WASHINGTON – The Obama Foundation on Monday tapped Michael Strautmanis – who has long and deep ties to President Barack Obama, first lady Michelle and senior adviser Valerie Jarrett – to lead its public outreach drive.

Strautmanis’ hiring is a major development for the foundation, which has had only slight engagement with the city and communities surrounding the site of the Obama Presidential Center, to be either in Washington or Jackson parks on the South Side.

The foundation also on Monday announced it was moving to Hyde Park from 300 E. Randolph, delivering its first economic shot-in-the arm to the neighborhood near the Obama Chicago home.

Strautmanis brings to the foundation more than his title, which will be “vice president of civic engagement.”

He will be the public face of the foundation, bringing his vast personal and institutional knowledge about the first couple, the workings of the Obama White House and the legacy issues the Obamas’ will pursue after Barack Obama’s second term ends in January 2017.

The foundation said Strautmanis was hired after a national search led by a non-profit head-hunting firm, Koya Leadership Partners. Whatever his competition was for the post, Strautmanis goes into the job with a unique resume incredibly suited to being in the Obama foundation leadership.

Strautmanis was raised in Uptown and is a graduate of St. Ignatius College Prep. He first entered the Obama world as a paralegal for Michelle Obama when she was at the Chicago law firm of Sidley & Austin. That’s the firm where Obama met Michelle when he spent a summer there between his second and third year at Harvard Law School.

Mrs. Obama encouraged Strautmanis to attend law school and he did, picking up a law degree from the University of Illinois at Urbana-Champaign, his undergrad alma mater.

Then Sen. Barack Obama, D-Ill. hired Strautmanis at the very beginning of his Senate stint to be his chief counsel, later moving him up to be deputy chief of staff. Jarrett met Strautmanis when he was in the Senate office; he later worked closely with her during Obama’s 2008 presidential campaign.

After Obama won his first term, Strautmanis moved over to the transition team as director of public liaison and intergovernmental affairs. After Obama named Jarrett as a Senior Advisor, running the White House Offices of Public Engagement and Intergovernmental Affairs, Strautmanis joined her operation as her chief of staff.

Strautmanis left the White House in 2013 to become vice president for corporate citizenship for the Walt Disney Co., headquartered outside Los Angeles.

“I’m thrilled to come home to Chicago and join the stellar team at The Obama Foundation,” said Strautmanis in a statement.

“Civic engagement has been at the center of President Obama’s career in public service, from his start as a community organizer on the South Side all the way to the White House. I am honored to bring his unique and effective approach to civic and social change to The Foundation’s work with the vibrant community on the South Side, along with other communities across the city and beyond.”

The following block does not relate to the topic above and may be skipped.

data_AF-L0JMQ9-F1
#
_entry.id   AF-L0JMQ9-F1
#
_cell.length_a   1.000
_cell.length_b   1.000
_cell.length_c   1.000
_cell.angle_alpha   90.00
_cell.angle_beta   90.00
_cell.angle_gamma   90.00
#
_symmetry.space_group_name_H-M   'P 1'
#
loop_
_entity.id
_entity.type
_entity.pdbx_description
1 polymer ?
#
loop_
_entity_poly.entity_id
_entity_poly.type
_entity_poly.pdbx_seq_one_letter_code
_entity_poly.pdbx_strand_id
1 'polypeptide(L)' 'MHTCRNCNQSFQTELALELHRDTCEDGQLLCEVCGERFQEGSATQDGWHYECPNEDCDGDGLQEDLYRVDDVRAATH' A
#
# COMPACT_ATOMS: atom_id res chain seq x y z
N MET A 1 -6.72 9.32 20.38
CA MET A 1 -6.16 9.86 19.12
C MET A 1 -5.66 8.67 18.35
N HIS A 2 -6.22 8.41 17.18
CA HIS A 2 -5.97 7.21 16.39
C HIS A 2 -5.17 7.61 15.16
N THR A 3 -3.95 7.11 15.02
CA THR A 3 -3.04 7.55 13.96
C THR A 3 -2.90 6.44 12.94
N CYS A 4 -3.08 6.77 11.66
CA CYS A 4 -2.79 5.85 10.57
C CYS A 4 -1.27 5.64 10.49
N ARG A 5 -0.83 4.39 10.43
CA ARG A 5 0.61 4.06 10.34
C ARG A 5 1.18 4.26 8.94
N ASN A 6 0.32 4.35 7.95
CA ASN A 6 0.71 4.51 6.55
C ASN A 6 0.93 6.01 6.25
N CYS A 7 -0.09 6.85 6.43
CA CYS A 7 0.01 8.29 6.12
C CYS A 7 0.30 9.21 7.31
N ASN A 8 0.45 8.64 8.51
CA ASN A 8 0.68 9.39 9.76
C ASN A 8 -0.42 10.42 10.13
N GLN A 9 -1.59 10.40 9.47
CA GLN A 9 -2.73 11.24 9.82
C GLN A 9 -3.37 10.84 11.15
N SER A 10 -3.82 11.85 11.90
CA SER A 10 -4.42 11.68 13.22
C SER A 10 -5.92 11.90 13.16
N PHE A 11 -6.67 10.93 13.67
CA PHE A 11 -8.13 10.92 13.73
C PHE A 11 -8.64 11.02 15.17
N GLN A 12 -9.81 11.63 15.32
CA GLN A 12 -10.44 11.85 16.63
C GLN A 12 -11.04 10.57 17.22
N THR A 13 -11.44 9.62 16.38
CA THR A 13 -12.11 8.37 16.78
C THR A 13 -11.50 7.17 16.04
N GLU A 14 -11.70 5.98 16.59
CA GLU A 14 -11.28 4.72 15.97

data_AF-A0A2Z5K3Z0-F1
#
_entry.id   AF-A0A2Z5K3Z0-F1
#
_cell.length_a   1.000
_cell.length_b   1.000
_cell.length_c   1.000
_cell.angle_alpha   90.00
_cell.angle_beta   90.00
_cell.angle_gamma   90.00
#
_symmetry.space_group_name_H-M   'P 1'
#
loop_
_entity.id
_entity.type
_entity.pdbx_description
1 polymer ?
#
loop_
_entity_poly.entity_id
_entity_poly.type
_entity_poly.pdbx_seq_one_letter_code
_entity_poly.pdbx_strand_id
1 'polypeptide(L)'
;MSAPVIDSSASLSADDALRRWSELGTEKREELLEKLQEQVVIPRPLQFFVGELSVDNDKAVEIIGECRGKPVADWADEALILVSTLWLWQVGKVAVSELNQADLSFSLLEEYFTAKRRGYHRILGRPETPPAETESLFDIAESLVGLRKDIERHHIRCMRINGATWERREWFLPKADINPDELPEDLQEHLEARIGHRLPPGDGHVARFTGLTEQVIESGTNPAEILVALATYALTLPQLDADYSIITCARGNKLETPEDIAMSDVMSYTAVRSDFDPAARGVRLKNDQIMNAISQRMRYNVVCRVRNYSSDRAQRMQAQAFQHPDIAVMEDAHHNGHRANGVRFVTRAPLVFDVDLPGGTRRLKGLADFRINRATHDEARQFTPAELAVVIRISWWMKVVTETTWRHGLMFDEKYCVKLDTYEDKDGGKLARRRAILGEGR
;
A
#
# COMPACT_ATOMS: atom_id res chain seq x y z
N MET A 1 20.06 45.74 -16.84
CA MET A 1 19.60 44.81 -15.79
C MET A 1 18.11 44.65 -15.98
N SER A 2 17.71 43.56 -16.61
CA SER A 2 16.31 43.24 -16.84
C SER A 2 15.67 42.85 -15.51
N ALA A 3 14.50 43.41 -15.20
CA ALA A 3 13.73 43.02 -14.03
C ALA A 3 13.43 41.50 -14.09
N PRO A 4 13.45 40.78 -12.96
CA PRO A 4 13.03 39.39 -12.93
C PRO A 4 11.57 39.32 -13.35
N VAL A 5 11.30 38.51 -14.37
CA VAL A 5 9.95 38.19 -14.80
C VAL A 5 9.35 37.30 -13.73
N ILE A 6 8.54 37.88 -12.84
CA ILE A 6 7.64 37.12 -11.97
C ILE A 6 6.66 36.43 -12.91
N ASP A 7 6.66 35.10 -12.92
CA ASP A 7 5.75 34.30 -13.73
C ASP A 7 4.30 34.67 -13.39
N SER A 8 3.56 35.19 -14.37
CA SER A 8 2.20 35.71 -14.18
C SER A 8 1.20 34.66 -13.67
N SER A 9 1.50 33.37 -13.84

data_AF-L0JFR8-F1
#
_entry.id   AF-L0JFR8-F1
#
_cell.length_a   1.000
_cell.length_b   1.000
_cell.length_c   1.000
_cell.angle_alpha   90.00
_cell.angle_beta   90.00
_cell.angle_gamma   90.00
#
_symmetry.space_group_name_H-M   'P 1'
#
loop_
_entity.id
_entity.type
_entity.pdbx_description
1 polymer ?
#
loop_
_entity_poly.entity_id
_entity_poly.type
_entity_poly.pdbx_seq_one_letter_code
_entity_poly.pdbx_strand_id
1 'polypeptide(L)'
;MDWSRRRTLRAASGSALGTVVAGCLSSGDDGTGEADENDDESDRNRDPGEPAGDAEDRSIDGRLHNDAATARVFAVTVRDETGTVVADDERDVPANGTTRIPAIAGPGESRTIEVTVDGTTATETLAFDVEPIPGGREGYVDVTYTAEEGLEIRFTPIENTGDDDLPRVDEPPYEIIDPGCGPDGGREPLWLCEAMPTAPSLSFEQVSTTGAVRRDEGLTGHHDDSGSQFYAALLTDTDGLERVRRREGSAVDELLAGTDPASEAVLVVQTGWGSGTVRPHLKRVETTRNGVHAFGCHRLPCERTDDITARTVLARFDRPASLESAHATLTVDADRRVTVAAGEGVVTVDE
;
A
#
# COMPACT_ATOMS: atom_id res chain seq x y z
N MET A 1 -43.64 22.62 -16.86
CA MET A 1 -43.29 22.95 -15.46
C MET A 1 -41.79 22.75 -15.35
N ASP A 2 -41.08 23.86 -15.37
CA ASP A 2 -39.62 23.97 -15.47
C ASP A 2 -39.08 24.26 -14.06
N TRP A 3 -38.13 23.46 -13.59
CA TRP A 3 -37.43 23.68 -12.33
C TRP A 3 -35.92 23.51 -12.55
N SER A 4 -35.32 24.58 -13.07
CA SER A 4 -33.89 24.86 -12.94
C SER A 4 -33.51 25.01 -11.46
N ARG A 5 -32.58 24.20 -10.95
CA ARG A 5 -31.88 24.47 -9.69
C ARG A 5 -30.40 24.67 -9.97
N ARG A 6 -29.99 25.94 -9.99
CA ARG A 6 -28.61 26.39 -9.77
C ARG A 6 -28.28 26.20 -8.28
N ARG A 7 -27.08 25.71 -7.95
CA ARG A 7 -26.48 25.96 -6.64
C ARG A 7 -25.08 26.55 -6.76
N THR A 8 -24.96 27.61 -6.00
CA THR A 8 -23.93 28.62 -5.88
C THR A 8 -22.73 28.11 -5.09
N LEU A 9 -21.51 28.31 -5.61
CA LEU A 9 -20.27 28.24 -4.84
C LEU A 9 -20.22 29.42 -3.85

Robbin Cohen, the foundation executive director said in a statement: “We are delighted to have Michael join The Foundation, and we look forward to his leadership on how to best engage the dynamic South Side and greater Chicagoland community throughout the construction of the Obama Presidential Center and beyond.

“This is an exciting time for The Obama Foundation, and we have a lot of work to do in the months and years ahead. We are pleased to be expanding our team, and Michael will help us continue to lay the groundwork for the post-presidential activities of the President and First Lady.”

FOUNDATION MOVING TO HYDE PARK

Also on Monday, the Chicago-based foundation announced it was moving to the new Harper Court redevelopment on 53rd Street, with offices opening in the new Harper Court Tower in January.

The foundation headquarters currently is in the offices of Foundation chair Martin Nesbitt, the founder of The Vistria Group, 300 E. Randolph St.

The University of Chicago, which won the bidding for the Obama Center, is providing the space in the tower, with more ground-floor footage to be added later next year.

The redeveloped Harper Court is a partnership between the university and the city. The mixed-use complex at 53rd and Lake Park Avenue will be anchored by the 150,000-square foot University of Chicago tower and include a hotel, retail and other commercial space.

Moving the foundation to Hyde Park — less than a mile from the Obama home, at 5046 S. Greenwood Ave. in Kenwood — will be the first of what the foundation and U. of C. officials say will be many economic jolts the Obama Presidential Center brings to the South Side.